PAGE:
2. Time strengthening
Another strengthening effect of the alloying elements on aluminum is achieved by heat treatment. However, since aluminum has no isomeric transformation, its heat treatment phase change is different from steel. The heat treatment strengthening of the aluminum alloy is mainly due to the large solid solubility of the alloying elements in the aluminum alloy and the sharp decrease with the decrease of the temperature. Therefore, after the aluminum alloy is heated to a certain temperature for quenching, a supersaturated aluminum-based solid solution can be obtained. When the supersaturated aluminum-based solid solution is placed at room temperature or heated to a certain temperature, its strength and hardness increase with time, but the plasticity and toughness decrease. This process is called aging. The aging at room temperature is called natural aging, and the aging under heating is called artificial aging. The phenomenon that the strength and hardness of the aluminum alloy is increased during the aging process is called age strengthening or age hardening. The strengthening effect is achieved by the age hardening phenomenon generated in the aging process.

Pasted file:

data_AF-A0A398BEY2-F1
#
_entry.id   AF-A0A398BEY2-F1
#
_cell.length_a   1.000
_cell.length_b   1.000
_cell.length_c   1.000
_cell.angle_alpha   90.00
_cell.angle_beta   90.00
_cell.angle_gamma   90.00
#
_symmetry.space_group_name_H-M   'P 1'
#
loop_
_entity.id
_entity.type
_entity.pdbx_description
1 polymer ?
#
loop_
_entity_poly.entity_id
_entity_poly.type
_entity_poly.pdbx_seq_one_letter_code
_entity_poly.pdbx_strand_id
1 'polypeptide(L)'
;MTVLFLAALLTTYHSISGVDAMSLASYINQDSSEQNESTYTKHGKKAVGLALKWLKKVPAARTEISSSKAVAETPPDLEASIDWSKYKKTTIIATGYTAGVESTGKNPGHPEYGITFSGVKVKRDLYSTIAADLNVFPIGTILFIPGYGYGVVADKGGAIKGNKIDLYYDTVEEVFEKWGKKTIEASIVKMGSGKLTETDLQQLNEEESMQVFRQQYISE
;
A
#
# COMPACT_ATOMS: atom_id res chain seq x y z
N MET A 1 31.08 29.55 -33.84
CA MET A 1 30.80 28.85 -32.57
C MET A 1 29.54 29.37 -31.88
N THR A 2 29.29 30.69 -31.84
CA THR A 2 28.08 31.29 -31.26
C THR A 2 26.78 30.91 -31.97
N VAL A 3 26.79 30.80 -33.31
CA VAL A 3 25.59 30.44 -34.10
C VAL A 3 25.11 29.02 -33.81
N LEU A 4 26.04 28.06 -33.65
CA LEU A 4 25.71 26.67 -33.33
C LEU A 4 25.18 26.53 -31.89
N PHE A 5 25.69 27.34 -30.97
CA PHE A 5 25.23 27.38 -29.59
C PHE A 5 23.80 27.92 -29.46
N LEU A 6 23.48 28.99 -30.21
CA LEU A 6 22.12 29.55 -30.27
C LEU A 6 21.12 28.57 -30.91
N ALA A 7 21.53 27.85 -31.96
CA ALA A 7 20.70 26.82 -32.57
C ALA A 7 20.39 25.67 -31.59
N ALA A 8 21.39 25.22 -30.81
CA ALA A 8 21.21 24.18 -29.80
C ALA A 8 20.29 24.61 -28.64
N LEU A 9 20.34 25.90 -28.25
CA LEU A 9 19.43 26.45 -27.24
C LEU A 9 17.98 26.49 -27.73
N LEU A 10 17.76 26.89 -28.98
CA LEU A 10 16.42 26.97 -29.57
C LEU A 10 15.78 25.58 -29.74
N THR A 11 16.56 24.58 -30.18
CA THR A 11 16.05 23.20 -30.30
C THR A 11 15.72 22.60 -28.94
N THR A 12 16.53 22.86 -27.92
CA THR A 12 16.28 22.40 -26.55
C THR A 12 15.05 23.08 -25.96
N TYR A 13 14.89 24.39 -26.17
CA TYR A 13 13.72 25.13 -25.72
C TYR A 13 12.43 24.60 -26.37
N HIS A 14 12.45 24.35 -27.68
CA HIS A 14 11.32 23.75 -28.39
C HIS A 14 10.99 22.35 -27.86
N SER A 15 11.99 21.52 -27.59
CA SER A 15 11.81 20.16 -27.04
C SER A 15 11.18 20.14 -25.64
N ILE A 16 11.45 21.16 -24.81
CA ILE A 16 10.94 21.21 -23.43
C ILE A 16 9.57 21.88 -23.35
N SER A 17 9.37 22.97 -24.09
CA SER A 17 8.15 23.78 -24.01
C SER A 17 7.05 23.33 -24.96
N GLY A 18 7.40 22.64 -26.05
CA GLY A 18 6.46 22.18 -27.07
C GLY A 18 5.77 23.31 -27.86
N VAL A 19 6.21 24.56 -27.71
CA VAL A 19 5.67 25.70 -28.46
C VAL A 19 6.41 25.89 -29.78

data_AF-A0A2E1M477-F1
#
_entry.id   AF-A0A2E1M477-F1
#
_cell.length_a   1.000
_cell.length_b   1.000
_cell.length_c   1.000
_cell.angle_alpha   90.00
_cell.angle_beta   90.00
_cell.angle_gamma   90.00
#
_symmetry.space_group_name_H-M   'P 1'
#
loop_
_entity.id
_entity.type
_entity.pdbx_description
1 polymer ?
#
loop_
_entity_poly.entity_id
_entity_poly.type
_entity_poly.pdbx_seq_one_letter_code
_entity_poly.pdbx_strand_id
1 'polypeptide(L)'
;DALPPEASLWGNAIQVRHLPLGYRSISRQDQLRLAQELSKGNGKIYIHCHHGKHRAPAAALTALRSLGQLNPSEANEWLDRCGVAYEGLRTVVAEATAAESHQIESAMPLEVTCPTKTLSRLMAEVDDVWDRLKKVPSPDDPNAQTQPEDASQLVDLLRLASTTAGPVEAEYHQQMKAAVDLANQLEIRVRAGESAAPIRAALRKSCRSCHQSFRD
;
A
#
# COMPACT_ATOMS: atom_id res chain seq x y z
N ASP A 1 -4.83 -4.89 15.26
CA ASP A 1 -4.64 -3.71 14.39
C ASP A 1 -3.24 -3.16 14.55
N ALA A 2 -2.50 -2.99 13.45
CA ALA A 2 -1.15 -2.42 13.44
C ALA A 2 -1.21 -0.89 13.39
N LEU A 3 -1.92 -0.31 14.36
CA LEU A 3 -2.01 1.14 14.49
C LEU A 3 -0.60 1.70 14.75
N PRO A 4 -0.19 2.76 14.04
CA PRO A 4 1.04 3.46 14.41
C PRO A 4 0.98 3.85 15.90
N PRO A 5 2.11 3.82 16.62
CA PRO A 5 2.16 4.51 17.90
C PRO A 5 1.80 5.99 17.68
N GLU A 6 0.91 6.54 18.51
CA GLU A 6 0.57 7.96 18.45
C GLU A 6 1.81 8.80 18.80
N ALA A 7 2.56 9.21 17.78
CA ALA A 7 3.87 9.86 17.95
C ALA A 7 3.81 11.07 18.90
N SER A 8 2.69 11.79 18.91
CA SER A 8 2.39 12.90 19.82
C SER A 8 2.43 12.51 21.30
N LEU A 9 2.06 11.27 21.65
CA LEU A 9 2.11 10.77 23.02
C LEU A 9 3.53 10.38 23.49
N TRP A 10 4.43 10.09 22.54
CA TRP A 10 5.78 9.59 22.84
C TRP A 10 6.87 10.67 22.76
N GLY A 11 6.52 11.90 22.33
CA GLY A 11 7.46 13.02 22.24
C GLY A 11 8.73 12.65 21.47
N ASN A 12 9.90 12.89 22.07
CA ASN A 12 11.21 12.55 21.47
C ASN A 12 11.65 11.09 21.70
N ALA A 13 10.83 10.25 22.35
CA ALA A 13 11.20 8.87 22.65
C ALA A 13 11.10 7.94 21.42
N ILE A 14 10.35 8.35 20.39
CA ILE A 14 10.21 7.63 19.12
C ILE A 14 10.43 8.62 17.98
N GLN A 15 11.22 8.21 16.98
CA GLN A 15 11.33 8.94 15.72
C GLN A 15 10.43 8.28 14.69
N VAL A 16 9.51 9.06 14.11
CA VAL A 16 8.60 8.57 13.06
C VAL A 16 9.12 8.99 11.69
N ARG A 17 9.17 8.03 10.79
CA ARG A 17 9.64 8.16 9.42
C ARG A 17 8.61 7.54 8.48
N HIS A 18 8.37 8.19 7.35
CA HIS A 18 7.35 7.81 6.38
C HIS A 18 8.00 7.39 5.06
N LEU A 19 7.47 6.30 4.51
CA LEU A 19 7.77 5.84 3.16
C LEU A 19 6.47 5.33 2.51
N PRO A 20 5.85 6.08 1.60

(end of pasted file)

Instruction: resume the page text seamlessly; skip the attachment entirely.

3. Excessive phase strengthening
If the amount of the alloying element added to the aluminum exceeds the limit solubility, when the solution treatment is heated, a part of the second phase which cannot be dissolved in the solid solution appears, which is called a surplus phase. In aluminum alloys, these excess phases are typically hard and brittle intermetallic compounds. They hinder dislocation motion in the alloy and strengthen the alloy, which is called excess phase strengthening. This method is often used in production to reinforce cast aluminum alloys and heat resistant aluminum alloys. The more the number of excess phases, the more dispersed the distribution, the greater the strengthening effect. However, if there are too many excess phases, both strength and plasticity will be reduced. The more complex the structure of the excess phase component, the higher the melting point, the better the high temperature thermal stability.
4. Refine organizational strengthening
Many aluminum alloy structures are composed of alpha solid solution and excess phase. If the microstructure of the aluminum alloy can be refined, including refining the alpha solid solution or refining the excess phase, the alloy can be strengthened.
Since the microstructure of the cast aluminum alloy is relatively large, the metamorphic treatment method is often used in actual production to refine the alloy structure. The modification treatment is to add a modifier （usually a sodium salt mixture: 2/3 NaF + 1/3 NaCl） in an amount of 2 to 3% by weight of the alloy to the molten aluminum alloy before casting to increase the crystal core and refine the structure. The modified aluminum alloy can obtain a fine uniform eutectic plus a primary α solid solution structure, thereby significantly improving the strength and plasticity of the aluminum alloy.